which price to set. Each firm has expectations about the quantity it can sell at each price that it
might set. Unexpected demand fluctuations cause unexpected variations in the Q sold at these P
In market structures other than perfect competition, firms set their prices and then let demand
determine sales. Changes in market conditions are signalled to the firm by changes in the firm’s
sales.
In perfect competition, P change continually in response to changes in D and S. (airline ticket)
In markets where differentiated products are sold, P changes less frequently because these
firms have many distinct products on their P lists and changing long list of P is costly (cost of
printing new list P and telling customers, hard to keep track of frequently changing prices for
accounting and billing, loss of customer/retail goodwill since uncertainty cause by frequent
changes in P). Imperfectly competitive firms respond to changes in D by changing output and
holding P constant. If the changes in D are expected to persist, then firm adjust entire P list.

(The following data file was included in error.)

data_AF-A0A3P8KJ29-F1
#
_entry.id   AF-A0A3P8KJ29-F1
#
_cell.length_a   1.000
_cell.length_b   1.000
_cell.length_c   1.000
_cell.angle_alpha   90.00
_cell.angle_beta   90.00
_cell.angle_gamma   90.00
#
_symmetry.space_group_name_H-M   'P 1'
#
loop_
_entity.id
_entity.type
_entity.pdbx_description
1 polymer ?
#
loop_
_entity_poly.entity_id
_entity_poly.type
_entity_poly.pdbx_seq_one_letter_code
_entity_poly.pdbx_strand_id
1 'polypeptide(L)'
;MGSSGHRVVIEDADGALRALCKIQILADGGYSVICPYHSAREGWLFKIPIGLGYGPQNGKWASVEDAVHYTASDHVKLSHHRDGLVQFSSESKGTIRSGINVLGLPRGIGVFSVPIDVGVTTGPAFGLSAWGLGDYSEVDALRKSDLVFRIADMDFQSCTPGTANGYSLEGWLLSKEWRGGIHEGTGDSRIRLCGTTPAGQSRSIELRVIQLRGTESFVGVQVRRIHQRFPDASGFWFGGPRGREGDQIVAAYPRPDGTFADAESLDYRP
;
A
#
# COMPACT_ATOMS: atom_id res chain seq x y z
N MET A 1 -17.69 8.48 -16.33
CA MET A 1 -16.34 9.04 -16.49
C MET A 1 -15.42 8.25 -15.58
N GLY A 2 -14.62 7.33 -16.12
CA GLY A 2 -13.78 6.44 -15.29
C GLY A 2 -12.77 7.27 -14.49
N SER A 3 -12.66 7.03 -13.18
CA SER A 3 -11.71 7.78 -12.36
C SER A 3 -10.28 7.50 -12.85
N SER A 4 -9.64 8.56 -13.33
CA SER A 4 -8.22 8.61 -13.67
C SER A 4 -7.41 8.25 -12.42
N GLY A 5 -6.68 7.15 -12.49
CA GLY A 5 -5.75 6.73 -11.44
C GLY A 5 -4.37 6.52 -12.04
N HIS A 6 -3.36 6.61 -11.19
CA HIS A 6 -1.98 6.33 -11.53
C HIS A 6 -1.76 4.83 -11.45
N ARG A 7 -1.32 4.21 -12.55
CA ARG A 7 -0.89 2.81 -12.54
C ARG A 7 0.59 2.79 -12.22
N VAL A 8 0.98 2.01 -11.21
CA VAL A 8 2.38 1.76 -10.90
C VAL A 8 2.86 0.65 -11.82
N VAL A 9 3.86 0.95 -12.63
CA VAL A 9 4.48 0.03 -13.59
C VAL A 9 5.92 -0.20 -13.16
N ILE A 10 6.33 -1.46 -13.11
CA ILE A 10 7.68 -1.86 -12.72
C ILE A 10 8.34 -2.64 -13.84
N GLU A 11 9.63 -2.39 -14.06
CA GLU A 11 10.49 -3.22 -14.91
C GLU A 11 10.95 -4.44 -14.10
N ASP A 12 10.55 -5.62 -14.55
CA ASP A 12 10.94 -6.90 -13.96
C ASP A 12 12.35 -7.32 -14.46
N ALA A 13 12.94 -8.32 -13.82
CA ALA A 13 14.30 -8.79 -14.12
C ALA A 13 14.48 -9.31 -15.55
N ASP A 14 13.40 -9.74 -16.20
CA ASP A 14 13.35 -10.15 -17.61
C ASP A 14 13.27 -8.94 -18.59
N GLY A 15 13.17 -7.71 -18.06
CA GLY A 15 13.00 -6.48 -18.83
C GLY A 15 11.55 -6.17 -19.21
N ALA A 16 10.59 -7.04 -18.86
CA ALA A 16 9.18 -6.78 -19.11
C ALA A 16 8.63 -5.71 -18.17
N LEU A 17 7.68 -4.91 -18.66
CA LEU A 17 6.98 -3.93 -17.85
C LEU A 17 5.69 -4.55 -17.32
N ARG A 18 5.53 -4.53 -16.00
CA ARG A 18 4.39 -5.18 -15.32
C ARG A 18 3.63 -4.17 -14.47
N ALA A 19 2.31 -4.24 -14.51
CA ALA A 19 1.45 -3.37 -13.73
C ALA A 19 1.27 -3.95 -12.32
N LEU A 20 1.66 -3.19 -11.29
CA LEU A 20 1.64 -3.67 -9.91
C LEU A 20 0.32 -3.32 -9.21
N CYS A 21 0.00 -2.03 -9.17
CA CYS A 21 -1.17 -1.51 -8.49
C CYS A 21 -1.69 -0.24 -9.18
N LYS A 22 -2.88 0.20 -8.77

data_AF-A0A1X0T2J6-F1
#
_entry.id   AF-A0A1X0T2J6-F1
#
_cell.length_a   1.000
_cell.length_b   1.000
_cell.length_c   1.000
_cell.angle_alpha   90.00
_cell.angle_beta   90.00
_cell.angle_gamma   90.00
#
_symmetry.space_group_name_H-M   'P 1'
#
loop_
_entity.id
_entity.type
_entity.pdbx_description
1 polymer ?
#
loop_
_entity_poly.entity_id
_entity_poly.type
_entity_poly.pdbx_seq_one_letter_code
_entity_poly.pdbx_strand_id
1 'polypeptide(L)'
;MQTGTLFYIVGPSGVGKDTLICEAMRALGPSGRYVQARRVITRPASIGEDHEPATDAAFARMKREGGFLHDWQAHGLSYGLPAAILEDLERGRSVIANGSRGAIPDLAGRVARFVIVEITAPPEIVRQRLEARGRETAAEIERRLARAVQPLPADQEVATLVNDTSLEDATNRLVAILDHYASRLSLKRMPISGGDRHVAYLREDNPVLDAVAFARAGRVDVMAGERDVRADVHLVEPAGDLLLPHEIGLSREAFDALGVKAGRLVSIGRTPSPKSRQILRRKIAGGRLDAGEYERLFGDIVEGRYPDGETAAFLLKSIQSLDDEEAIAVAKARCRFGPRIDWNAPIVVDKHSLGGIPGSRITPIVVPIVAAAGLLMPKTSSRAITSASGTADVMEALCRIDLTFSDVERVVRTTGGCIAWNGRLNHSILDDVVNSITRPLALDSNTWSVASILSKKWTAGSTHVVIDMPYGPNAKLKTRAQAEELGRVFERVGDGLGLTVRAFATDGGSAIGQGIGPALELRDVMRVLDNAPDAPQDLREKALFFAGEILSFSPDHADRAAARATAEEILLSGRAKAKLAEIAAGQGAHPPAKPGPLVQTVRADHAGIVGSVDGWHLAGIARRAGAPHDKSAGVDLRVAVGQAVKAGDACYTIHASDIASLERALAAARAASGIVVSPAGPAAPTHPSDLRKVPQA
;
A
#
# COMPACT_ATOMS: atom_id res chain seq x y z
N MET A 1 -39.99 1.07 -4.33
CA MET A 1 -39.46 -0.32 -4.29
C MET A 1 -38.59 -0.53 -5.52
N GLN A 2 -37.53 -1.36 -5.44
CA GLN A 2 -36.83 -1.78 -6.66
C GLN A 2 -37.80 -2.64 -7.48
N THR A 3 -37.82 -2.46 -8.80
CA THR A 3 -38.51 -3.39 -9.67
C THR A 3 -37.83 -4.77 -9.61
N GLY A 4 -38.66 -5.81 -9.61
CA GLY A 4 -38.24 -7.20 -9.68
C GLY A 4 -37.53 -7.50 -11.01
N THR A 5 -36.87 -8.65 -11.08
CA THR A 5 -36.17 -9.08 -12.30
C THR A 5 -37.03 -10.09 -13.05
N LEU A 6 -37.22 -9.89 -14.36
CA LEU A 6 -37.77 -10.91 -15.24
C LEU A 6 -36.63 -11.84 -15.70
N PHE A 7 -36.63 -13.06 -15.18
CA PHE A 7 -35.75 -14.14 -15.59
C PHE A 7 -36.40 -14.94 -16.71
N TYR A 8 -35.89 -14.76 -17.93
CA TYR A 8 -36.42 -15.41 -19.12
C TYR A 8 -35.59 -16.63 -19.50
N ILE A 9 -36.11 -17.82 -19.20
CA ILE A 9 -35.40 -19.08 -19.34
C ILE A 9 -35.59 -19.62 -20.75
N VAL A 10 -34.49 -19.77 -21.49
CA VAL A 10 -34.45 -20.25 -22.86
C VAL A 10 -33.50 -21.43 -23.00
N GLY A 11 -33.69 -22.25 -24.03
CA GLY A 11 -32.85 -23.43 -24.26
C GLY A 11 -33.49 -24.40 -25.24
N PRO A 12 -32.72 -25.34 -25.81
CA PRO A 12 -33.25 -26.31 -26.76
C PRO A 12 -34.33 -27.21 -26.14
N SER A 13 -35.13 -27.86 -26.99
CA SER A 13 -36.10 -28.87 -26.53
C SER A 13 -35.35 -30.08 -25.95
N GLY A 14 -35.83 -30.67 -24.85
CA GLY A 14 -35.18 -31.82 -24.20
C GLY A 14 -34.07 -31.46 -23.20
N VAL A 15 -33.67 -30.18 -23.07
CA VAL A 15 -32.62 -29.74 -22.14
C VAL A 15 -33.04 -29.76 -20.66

Non-price Competition
Imperfect competition:
1) Many firms spend large sums of money on advertising to shift D curves for the industry’s
products and to attract customers from competing firms
In perfectly competitive market, no advertising since firm faces perfectly elastic (horizontal) D
curve at market price = advertising doesn’t increase revenues.
Monopolist has no competitors so doesn’t advertise to attract customers away from other
brands, but sometimes advertises to try to convince consumers to shift their spending away
from other types of products and toward the monopolist’s product
2) many firms engage in a variety of other forms of non-price competition (offering competing
standards of quality and product guarantees; services they offer along with their products)
3) firms in many industries engage in activities that appear to be designed to hinder the entry of
new firms, preventing the erosion of existing pure profits by entry (ex: match any price offered
by competitor = convinces potential entrants not to enter industry)